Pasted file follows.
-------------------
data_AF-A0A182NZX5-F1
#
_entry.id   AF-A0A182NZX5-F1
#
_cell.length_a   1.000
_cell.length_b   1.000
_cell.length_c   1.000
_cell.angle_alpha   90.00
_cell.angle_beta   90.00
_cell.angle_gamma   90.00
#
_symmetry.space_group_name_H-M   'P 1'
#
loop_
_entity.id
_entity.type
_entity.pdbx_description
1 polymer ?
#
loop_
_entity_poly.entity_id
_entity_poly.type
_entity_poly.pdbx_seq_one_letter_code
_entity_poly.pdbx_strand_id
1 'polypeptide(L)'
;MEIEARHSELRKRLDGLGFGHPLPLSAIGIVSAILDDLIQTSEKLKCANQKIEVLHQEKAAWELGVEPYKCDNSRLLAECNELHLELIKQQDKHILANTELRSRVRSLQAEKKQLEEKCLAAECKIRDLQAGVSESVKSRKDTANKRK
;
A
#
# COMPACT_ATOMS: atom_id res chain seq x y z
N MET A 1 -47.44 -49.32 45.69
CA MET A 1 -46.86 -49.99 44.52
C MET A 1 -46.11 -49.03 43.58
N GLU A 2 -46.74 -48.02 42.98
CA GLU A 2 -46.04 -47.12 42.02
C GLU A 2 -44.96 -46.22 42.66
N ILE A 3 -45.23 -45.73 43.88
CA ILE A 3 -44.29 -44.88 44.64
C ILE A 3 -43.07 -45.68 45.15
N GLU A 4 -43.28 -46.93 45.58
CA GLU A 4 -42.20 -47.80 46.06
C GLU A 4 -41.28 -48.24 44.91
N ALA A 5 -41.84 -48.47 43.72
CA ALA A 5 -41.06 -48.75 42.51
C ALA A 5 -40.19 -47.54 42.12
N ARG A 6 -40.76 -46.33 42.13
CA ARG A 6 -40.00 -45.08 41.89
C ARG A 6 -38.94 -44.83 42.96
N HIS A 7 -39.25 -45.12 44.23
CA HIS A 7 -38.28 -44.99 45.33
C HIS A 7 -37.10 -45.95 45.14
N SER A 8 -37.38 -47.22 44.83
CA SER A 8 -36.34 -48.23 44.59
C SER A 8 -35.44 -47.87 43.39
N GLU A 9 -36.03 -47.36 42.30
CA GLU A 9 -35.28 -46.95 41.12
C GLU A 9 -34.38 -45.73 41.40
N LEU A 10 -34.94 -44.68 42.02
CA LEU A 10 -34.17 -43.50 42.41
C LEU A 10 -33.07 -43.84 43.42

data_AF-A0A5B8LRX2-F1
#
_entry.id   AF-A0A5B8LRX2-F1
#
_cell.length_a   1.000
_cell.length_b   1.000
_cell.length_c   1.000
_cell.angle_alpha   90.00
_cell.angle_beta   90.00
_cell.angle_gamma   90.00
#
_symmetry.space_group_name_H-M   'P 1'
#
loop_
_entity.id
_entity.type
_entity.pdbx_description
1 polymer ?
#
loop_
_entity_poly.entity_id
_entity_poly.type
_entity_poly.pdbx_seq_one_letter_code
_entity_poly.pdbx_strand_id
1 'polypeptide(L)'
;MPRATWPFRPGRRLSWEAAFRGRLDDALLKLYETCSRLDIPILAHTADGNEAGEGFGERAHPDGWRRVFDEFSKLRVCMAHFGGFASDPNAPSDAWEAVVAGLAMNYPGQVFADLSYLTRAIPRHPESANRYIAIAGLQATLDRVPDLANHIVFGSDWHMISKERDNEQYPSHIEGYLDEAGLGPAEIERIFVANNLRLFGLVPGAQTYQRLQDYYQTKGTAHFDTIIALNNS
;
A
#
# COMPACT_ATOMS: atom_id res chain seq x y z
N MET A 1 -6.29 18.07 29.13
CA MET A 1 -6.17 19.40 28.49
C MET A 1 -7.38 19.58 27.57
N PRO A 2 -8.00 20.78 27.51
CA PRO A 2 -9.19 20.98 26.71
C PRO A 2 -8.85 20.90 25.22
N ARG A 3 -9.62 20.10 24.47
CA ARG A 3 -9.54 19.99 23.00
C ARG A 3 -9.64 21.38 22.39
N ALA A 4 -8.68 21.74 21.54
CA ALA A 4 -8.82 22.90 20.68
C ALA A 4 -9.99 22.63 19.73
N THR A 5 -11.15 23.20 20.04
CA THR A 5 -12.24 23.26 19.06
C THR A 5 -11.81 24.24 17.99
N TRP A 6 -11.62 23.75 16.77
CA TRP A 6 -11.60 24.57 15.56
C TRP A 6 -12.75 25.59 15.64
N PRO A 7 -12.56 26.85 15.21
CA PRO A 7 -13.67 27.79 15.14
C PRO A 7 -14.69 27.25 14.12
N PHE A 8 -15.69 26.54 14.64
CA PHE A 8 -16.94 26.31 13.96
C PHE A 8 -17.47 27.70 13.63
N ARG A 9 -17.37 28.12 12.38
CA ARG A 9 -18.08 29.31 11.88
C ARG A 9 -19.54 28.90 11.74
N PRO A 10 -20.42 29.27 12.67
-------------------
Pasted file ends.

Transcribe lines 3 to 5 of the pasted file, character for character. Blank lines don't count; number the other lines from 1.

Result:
_entry.id   AF-A0A182NZX5-F1
#
_cell.length_a   1.000